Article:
A trans woman who successfully won a sex discrimination case against the Army has been accepted by Strathclyde Police as a trainee constable.
Jan Hamilton, formerly known as Ian, served in the Army for 20 years until 2007 when she began gender reassignment.
She took the Army to an industrial tribunal on grounds of sex discrimination for its refusal to acknowledge her as a legal woman.
She was a captain with service in war zones such as Bosnia and Iraq, where she was wounded by a roadside bomb. After returning to the UK she started gender reassignment treatments.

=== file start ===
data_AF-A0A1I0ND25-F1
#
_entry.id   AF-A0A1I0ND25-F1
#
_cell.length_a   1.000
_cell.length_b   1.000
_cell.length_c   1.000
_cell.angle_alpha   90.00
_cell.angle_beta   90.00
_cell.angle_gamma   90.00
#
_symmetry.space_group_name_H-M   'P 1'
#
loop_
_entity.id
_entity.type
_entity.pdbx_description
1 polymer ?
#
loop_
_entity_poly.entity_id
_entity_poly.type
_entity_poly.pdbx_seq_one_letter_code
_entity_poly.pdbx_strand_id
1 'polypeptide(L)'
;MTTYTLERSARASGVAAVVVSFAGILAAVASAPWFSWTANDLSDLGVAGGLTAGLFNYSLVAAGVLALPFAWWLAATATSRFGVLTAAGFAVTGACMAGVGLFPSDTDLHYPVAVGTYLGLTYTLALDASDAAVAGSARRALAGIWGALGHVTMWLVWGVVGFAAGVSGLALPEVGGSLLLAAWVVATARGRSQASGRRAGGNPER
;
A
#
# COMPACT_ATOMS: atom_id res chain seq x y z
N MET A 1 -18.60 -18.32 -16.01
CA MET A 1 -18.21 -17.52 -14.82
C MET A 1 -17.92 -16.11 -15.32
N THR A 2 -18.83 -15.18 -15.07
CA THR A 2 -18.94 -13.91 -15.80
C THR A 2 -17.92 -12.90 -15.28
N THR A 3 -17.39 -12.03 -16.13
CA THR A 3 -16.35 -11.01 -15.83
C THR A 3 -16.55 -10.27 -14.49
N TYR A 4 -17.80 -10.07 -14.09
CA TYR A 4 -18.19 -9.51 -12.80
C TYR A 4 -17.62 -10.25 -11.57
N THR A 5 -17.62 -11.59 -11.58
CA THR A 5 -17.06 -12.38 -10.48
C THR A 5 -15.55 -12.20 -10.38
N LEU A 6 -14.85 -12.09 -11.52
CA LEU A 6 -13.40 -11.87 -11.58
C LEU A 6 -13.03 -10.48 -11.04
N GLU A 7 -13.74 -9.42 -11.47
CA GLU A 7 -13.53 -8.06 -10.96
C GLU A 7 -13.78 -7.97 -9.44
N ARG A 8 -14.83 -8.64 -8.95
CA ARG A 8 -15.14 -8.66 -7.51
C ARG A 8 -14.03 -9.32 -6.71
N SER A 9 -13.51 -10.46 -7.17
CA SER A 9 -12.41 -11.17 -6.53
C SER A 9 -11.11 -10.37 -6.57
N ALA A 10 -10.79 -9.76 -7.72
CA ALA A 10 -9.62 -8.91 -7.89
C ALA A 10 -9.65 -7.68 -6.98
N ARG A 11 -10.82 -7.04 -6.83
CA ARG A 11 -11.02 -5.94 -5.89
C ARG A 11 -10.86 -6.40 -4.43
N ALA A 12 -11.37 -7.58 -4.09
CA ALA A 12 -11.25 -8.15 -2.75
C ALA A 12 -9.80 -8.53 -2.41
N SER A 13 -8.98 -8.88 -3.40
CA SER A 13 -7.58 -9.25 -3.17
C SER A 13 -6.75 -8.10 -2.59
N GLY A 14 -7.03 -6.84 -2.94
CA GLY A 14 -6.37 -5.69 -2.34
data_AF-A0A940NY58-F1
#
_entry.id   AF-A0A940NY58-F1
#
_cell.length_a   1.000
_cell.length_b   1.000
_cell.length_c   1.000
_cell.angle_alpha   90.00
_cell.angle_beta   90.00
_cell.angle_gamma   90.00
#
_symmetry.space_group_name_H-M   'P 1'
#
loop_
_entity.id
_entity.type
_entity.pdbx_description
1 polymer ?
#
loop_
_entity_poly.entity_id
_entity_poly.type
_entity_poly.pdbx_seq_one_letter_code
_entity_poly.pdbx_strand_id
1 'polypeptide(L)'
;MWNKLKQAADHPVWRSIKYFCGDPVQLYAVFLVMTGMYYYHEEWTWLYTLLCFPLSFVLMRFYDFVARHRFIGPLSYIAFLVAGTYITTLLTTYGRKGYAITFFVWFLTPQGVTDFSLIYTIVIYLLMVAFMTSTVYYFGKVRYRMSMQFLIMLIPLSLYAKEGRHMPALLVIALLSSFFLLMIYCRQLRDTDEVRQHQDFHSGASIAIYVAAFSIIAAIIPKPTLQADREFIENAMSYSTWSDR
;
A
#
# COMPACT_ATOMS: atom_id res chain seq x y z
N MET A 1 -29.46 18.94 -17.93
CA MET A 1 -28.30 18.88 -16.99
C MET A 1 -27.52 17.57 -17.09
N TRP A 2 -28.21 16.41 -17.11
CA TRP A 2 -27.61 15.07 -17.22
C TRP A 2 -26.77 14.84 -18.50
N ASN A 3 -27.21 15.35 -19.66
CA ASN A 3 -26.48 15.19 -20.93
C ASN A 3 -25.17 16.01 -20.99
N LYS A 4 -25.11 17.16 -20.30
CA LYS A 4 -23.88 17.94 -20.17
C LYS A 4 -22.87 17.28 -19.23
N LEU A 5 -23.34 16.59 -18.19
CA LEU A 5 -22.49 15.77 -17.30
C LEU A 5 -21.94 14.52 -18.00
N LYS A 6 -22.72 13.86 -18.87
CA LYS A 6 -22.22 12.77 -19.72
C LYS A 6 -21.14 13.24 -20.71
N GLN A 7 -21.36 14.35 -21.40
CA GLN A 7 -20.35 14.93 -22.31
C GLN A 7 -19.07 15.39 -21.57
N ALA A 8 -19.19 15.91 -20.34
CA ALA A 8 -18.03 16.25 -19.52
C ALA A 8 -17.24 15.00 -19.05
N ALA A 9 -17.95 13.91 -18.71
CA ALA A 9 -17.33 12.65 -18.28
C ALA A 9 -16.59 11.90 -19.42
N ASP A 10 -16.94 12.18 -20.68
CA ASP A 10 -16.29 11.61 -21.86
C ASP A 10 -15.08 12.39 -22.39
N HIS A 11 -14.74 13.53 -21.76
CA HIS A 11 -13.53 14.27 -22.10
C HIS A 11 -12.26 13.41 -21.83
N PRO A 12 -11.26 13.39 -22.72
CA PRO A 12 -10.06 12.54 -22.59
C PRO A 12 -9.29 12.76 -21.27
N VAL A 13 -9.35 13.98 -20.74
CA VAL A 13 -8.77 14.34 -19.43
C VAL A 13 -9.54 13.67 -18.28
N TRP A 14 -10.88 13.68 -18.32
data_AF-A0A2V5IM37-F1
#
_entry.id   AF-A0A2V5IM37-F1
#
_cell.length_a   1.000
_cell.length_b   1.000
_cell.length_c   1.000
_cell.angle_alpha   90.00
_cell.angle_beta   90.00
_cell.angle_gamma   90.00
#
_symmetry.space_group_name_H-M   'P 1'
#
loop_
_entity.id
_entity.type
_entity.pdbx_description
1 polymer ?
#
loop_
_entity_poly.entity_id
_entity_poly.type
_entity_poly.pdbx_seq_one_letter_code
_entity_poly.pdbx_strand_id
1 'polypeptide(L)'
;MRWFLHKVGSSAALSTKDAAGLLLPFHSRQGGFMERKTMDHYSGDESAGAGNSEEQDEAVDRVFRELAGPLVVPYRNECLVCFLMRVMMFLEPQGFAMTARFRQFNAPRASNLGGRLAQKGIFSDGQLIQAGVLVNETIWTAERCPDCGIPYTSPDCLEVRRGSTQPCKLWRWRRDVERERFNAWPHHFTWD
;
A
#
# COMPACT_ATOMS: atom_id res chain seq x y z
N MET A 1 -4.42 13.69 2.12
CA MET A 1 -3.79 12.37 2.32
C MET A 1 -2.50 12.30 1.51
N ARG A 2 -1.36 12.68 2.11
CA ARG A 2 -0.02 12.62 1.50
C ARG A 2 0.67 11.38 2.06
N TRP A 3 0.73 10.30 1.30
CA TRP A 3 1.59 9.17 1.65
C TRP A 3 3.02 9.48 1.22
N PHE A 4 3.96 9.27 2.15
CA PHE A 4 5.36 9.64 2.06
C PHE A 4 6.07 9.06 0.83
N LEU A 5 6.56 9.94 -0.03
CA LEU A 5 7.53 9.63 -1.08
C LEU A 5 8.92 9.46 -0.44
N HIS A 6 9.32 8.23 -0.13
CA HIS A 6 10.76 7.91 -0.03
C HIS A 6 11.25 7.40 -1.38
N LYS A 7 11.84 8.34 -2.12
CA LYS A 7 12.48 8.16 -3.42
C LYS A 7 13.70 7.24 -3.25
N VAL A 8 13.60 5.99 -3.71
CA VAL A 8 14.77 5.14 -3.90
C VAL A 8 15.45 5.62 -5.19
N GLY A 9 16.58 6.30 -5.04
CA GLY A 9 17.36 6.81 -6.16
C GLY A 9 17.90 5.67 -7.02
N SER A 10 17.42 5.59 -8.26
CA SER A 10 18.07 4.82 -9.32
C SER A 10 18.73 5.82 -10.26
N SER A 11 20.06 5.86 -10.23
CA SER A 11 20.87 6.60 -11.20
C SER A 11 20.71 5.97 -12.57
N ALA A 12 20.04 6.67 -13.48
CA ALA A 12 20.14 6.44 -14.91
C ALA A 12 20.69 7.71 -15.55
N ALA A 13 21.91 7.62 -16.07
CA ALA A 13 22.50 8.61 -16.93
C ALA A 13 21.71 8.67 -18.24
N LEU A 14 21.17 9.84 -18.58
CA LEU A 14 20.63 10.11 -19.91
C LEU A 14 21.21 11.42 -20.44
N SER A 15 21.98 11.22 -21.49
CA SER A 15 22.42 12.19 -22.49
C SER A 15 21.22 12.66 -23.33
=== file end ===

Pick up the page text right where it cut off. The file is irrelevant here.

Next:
Ms Hamilton, 44, claimed her superiors ignored repeated requests from her to discuss her gender reassignment.
A source told the Daily Mail she had been accepted on to the police force’s training course and had “sailed through” the six-month application process.
“Jan Hamilton scored highly in the written tests and had no problem with the fitness tests.
“She completed the mile-and-a-half run in about 11 minutes, even though women are allowed to take up to 16.”
The source added that senior officers were fully supporting her application.
A spokesman for Strathclyde Police said: “We cannot confirm or deny any information that constitutes personal information. The Force actively promotes itself as an employer to all sections of the public.”